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If you were to buy a TV now, which technology would you buy into? - Page 5

post #61 of 116
Quote:
Originally Posted by vo328 View Post
Nice choice... I've been looking into the Oppo line myself, having read many great things about them. Slightly off-topic, but had to comment. Sorry all!
I'm the one who took us off topic. I heard great things not only about the player itself but the outstanding customer service. Honestly with a TV as small as mine I probably would not notice the difference between upconverted video and regular dvd video, but Oppo's solid reputation and the fact that it comes with a free 6ft HDMI cord are what really made me pull the trigger on one.
post #62 of 116
Quote:
Originally Posted by F1GTR View Post
That's some pretty selective interpretation there from a questionable website.

Looking over your link it says "the average CRT" has a half-life of 25,000 hours. To me that means something like an Orion or some no name brand from Wal-Mart. I have two JVC's that are both well over 10 years old that look the same as the day I bought them. I have no doubt that my 34XBR960 will last a minimum of 20 years at 5 hours a day easily.
I'm sure we can argue just how long a given CRT, LCD, or plasma can last. Who knows what the average CRT they were using for the link I used: I'm just showing the point that plasma and LCD are at a point where they should be as durable as CRT. Yes, my grandma still has a small Sony 13" that's from the early 70s. You have to raise the brightness quite a bit, and colors are washed out, but the picture is acceptable. So there are lots of exceptions about what "average" is. Truth is, if you take good care of your TV, it should last quite a long time...no matter what technology. My family seems to hold on to one TV for 15 years if we can: though my dad got an expensive 36" CRT Sony that conked out after 4 years. Because of that, I haven't considered buying Sony for TVs. And with DVD and HD, I just like having a larger screen then what CRT offers. It's also easier to transport: who wants to deal with a <200lb 36" CRT over a >100lb 50" plasma?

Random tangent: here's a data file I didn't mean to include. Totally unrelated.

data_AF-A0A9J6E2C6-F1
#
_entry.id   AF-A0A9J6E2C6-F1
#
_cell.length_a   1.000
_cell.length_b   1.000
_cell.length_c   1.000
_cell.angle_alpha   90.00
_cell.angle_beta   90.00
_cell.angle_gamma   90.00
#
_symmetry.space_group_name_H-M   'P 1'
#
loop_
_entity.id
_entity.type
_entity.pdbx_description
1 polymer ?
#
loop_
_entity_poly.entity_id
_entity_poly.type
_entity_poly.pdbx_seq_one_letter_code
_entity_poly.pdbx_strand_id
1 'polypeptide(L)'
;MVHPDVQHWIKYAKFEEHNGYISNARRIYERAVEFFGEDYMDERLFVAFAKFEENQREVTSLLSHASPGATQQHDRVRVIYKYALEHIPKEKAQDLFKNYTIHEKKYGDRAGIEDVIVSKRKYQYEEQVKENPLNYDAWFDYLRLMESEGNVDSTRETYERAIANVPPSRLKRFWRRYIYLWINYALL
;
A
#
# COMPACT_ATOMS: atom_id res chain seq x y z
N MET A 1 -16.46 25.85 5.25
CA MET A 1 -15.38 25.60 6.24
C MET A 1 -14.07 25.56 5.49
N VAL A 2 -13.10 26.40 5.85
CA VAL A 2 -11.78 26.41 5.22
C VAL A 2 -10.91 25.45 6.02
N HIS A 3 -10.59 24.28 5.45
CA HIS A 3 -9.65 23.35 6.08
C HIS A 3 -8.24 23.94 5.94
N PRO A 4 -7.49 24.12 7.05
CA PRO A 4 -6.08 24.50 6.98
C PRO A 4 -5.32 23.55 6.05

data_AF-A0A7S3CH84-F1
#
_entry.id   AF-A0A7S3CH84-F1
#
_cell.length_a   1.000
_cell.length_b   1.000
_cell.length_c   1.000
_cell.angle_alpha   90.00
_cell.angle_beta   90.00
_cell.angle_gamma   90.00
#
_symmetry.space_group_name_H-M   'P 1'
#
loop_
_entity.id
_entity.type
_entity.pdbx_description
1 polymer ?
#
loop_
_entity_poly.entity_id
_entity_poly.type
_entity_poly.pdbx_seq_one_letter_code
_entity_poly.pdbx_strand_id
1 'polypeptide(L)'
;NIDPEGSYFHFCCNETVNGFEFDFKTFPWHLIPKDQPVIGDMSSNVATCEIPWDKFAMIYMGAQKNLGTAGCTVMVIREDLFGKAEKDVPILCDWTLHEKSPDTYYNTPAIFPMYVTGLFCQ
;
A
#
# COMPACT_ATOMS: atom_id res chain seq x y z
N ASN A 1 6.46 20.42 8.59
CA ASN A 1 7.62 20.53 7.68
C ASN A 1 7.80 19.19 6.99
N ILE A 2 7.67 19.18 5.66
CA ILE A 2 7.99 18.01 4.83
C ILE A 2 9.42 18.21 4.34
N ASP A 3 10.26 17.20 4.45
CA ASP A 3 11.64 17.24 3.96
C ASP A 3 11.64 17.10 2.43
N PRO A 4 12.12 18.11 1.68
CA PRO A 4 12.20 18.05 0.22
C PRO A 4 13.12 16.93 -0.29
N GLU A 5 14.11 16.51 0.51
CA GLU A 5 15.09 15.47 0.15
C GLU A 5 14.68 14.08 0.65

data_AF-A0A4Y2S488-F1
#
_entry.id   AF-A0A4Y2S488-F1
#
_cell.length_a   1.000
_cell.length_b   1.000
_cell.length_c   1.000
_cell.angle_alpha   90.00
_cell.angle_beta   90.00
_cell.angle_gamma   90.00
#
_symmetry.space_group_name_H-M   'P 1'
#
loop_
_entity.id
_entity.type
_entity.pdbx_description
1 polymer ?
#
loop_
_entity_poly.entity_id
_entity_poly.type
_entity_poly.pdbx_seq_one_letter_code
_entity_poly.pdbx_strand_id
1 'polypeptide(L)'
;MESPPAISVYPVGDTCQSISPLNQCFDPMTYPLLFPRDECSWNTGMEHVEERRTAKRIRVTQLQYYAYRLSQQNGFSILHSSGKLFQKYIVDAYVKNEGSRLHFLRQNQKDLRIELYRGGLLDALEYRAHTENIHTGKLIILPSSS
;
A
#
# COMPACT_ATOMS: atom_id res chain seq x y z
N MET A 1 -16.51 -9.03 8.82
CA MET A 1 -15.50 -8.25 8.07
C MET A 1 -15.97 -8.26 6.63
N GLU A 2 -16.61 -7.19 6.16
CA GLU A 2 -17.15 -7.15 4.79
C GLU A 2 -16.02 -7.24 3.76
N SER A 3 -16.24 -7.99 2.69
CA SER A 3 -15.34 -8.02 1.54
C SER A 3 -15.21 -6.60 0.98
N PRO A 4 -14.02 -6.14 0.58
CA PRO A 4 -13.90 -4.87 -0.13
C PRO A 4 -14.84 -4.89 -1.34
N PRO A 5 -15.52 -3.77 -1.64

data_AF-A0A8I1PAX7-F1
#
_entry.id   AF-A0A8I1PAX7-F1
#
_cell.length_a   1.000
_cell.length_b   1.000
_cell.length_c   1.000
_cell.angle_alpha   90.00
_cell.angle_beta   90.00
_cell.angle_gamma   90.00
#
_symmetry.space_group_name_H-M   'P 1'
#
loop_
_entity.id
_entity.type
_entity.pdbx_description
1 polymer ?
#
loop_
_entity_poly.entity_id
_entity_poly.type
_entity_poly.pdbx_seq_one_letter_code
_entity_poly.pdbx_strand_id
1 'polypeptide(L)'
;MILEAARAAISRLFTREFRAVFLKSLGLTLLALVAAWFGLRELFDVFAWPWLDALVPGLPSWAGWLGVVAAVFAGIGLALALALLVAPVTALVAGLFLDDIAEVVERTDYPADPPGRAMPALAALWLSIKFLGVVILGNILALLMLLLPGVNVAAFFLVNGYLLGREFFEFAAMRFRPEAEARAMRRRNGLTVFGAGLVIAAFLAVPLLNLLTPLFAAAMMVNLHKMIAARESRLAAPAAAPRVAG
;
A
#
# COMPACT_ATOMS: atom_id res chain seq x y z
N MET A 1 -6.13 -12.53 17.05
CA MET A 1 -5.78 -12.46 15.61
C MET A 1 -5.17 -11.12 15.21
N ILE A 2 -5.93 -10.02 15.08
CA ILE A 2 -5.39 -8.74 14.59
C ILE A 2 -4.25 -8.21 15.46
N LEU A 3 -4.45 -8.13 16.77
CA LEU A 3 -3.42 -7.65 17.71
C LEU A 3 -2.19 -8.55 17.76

post #63 of 116
Quote:
Originally Posted by zotjen View Post
Industry reports predict a lot of things. I find this hard to believe simply because the average person will have a hard time finding the space for a 70" set.
It was based on the fact that Samsung is about to release their 70" 1080p LCD into stores like Best Buy. By 2009, that TV should cost a fraction of what it will cost this year. They were also talking about what they believed would be the average TV purchased by multi-member households. A 1080p 70" does not require that much space. You can sit 8' from it and it only requires a wall big enough to fit it.

I think 70" is probably overshooting, but with the size of all the new 1080p sets aproaching 60", and the rapidly falling prices, 55"-65" would not surprise me at all.
post #64 of 116
Quote:
Originally Posted by markl View Post
Nothing beats a CRT at this point. But you have size limitations, weight limitations, etc.


Way too many buts.

The day of CRT is over. I gladly gave away my line 37" Sony Wega CRT and a 76" Mitsubishi Diamond Scan RPTV to a friend. The only condition was that he had to move the 260lb and 450lb beast out of my house. My other friend and I then unwrapped and placed my new 32" LCD, 37" 1080p LCD and 65" 1080p plasma, which collectively, weighed less than the CRT.
post #65 of 116
Laser.

If they ever get off the ground that is.
post #66 of 116
I'm very happy with my 55" SXRD, fantastic TV and at a very reasonable price point IMO.
post #67 of 116
Quote:
Originally Posted by archosman View Post
Ambilight is nothing more than a marketing gimmick. You really need a neutral grey color that is lit (can't remember at what level) to truly see color properly.